Tuesday, 21 December 2010

You know it’s cold when...

The Safari counted 39 Magpies still asleep in Magpie Wood this morning. There being no other news from patch 1 we’ll go straight to Patch 2 and the beautiful blood red dawn, missed the eclipse due to cloud though. Looking out over the sea wall the tide was on the rise and had already covered the beach. Temperatures overnight the last couple of nights have been down below minus 10 and just beyond Patch 2’s southern boundary the sea has started to freeze. There were a couple of slushy patches probably of over an acre each gently rocking on the light swell.
Our dodgy gull wasn’t present today, very few were on the patch, but there were good numbers just out of range beyond the slush. Also there was a huge black morass of uncountable oystercatchers being pushed up the sandbank by the rising tide; a very conservative guestimate would be well over 1000. Also present in large numbers were Cormorants with a constant stream of reasonable sized flocks coming in from the open sea to roost in the estuary. SD had recently made a count of about 800 in the shipping lane to the north of us on his cetacean ferry survey; there were certainly plenty about today. Looking to the north we could see a lot more fishing in the hazy distance with several Great Black Backed Gulls in attendance. Wouldn’t like to say how many we had but somewhere between two and three hundred wouldn’t be far short of the mark.
Also seen were two Red Throated Divers, a few scattered small flocks of Common Scoters, nothing like last weeks numbers, and best of the session a pair of Red Breasted Mergansers flew south at close range.
At lunchtime the blimp over the wall was severely curtailed by the need for Christmas shopping. We spent a total of five minutes in the shop and almost an hour getting to and from it – it’s only two miles from the office...this traffic nightmare is becoming, well, a - for want of a better expression - NIGHTMARE!!! Some people are driving over cautiously on the well gritted roads – you can’t skid if you’re only doing 0.0000001 mph!!! We had a minor sideways ‘incident’ on an icy side street ample warning that not even 4WD is totally safe, just put a bit too much right boot down at the wrong time and whayyy-hayyy that was fun!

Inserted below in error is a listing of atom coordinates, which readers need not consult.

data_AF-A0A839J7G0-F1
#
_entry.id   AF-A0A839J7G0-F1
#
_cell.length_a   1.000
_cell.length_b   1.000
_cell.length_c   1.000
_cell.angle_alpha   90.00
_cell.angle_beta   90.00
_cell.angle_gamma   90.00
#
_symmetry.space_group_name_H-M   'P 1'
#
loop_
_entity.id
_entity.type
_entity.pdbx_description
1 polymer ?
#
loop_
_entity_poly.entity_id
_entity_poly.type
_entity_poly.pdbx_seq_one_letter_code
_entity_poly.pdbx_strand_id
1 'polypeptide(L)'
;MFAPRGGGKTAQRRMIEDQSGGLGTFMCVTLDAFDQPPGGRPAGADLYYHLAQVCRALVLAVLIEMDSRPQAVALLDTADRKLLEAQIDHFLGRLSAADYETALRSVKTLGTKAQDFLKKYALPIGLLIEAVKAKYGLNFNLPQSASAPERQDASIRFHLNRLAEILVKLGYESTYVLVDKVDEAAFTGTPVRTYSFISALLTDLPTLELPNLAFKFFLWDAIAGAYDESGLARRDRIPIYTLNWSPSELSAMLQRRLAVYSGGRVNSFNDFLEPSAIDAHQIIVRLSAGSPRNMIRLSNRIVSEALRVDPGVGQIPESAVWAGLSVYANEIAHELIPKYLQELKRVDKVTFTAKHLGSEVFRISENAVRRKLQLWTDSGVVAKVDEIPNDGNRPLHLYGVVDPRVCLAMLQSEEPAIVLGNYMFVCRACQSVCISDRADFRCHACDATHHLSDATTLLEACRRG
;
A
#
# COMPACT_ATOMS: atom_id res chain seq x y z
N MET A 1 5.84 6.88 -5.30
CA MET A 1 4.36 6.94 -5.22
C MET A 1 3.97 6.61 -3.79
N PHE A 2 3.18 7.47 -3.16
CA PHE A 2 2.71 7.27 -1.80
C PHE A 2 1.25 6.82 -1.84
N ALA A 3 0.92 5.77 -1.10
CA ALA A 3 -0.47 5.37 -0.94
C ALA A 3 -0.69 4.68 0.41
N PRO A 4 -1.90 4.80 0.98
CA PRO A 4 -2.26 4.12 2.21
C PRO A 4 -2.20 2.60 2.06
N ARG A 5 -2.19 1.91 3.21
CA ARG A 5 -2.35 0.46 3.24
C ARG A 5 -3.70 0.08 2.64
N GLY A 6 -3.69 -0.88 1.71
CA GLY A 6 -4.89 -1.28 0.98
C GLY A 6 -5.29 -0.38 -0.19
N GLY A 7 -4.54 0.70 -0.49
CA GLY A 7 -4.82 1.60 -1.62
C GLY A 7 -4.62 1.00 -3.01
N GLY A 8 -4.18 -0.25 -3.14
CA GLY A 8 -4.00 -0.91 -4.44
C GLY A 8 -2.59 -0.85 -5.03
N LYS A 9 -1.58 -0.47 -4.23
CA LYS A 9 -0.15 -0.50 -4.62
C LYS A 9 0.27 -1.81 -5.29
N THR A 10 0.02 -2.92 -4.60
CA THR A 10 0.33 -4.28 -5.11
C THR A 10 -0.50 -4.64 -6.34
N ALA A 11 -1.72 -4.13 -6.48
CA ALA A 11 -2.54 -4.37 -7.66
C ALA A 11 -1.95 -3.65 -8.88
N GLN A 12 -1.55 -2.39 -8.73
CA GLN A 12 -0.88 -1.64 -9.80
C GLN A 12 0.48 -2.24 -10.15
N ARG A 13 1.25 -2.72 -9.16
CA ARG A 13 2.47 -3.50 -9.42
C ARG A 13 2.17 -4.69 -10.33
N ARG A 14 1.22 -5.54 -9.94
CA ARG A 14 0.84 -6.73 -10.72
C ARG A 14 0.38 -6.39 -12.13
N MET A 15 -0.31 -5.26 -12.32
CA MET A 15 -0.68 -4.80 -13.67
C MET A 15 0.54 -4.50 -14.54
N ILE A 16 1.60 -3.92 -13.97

We had hoped that yesterday’s gull would be about again but it wasn’t. From our usual vantage point we saw the Bar Tailed Godwit again but there were very few gulls on the beach. Looking away down to the south the beach there was full to busting with Oystercatchers and gulls, we shudder to think how many Oystercatchers there might have been, at least a couple of thousand. Once again we moved our second vantage point and once again wondered if this might not be a better patch to watch (nice vagaries of the English language there – why isn’t it patch to wa-tch or potch to wotch rather than patch to wotch?) This viewing point is (currently) better for beachy stuff than our normal watch point. The six ringed plovers were still there as was the Grey Plover. A handful of Sanderlings scampered around a solitary Dunlin, we didn’t count the Oystercatchers or Redshanks but two Turnstones were noted.
As for the gulls; plenty of Black Heads and Commons but very few larger gulls, a Lesser Black Back was way down at the far end and as we were leaving a Great Black Back came in off the sea and landed not too far away from us – my those things are brutes close up.
Far too dull for photos today.
A trawl through the interweb revealed the following joint coldest records going back to January 1973 for Blackpool, equalled in the early hours of yesterday morning; minus 11ºC on 13th & 28 Jan ’79 and 15th Jan ‘82 – not come across any -12s yet, hottest was 34 ºC on 3rd July 1976.
Where to next? Back to those dang shops...
In the meantime let us know if there’s somewhere else you should incorporate in to your patch.

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